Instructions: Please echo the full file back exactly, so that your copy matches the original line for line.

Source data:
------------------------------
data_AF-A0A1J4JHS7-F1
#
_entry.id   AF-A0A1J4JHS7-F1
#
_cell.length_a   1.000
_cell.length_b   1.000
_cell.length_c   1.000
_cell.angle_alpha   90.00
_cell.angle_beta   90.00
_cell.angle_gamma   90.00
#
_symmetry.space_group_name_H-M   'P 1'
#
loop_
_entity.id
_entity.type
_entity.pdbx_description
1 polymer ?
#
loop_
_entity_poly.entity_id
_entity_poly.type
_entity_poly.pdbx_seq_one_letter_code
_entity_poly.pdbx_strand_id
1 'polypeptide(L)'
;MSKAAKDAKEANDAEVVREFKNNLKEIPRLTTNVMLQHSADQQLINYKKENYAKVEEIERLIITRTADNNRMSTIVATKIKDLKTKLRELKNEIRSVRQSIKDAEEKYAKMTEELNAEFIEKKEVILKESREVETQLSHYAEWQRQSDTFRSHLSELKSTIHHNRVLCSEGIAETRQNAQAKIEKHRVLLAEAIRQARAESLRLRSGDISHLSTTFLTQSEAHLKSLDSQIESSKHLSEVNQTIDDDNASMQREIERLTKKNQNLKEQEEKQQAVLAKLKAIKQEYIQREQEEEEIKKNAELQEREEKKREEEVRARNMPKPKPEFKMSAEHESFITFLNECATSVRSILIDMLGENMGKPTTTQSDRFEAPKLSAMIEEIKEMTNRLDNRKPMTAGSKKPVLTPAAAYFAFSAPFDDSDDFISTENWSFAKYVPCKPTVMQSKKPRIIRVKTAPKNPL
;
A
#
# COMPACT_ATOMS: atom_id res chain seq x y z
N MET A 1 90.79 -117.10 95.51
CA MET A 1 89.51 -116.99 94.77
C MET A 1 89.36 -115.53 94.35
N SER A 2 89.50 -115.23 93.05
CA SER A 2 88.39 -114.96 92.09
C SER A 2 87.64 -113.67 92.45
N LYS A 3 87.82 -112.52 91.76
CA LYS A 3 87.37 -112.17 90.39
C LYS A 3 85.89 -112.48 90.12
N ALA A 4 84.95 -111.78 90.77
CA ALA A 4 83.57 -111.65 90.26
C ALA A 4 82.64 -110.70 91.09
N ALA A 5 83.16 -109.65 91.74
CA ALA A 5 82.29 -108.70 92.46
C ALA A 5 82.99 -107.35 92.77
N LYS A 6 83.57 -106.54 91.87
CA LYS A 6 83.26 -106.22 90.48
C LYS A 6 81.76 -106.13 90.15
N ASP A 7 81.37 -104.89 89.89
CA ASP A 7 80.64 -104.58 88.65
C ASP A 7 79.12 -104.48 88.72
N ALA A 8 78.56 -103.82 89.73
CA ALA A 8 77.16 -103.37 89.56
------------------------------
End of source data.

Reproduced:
data_AF-A0A1J4JHS7-F1
#
_entry.id   AF-A0A1J4JHS7-F1
#
_cell.length_a   1.000
_cell.length_b   1.000
_cell.length_c   1.000
_cell.angle_alpha   90.00
_cell.angle_beta   90.00
_cell.angle_gamma   90.00
#
_symmetry.space_group_name_H-M   'P 1'
#
loop_
_entity.id
_entity.type
_entity.pdbx_description
1 polymer ?
#
loop_
_entity_poly.entity_id
_entity_poly.type
_entity_poly.pdbx_seq_one_letter_code
_entity_poly.pdbx_strand_id
1 'polypeptide(L)'
;MSKAAKDAKEANDAEVVREFKNNLKEIPRLTTNVMLQHSADQQLINYKKENYAKVEEIERLIITRTADNNRMSTIVATKIKDLKTKLRELKNEIRSVRQSIKDAEEKYAKMTEELNAEFIEKKEVILKESREVETQLSHYAEWQRQSDTFRSHLSELKSTIHHNRVLCSEGIAETRQNAQAKIEKHRVLLAEAIRQARAESLRLRSGDISHLSTTFLTQSEAHLKSLDSQIESSKHLSEVNQTIDDDNASMQREIERLTKKNQNLKEQEEKQQAVLAKLKAIKQEYIQREQEEEEIKKNAELQEREEKKREEEVRARNMPKPKPEFKMSAEHESFITFLNECATSVRSILIDMLGENMGKPTTTQSDRFEAPKLSAMIEEIKEMTNRLDNRKPMTAGSKKPVLTPAAAYFAFSAPFDDSDDFISTENWSFAKYVPCKPTVMQSKKPRIIRVKTAPKNPL
;
A
#
# COMPACT_ATOMS: atom_id res chain seq x y z
N MET A 1 90.79 -117.10 95.51
CA MET A 1 89.51 -116.99 94.77
C MET A 1 89.36 -115.53 94.35
N SER A 2 89.50 -115.23 93.05
CA SER A 2 88.39 -114.96 92.09
C SER A 2 87.64 -113.67 92.45
N LYS A 3 87.82 -112.52 91.76
CA LYS A 3 87.37 -112.17 90.39
C LYS A 3 85.89 -112.48 90.12
N ALA A 4 84.95 -111.78 90.77
CA ALA A 4 83.57 -111.65 90.26
C ALA A 4 82.64 -110.70 91.09
N ALA A 5 83.16 -109.65 91.74
CA ALA A 5 82.29 -108.70 92.46
C ALA A 5 82.99 -107.35 92.77
N LYS A 6 83.57 -106.54 91.87
CA LYS A 6 83.26 -106.22 90.48
C LYS A 6 81.76 -106.13 90.15
N ASP A 7 81.37 -104.89 89.89
CA ASP A 7 80.64 -104.58 88.65
C ASP A 7 79.12 -104.48 88.72
N ALA A 8 78.56 -103.82 89.73
CA ALA A 8 77.16 -103.37 89.56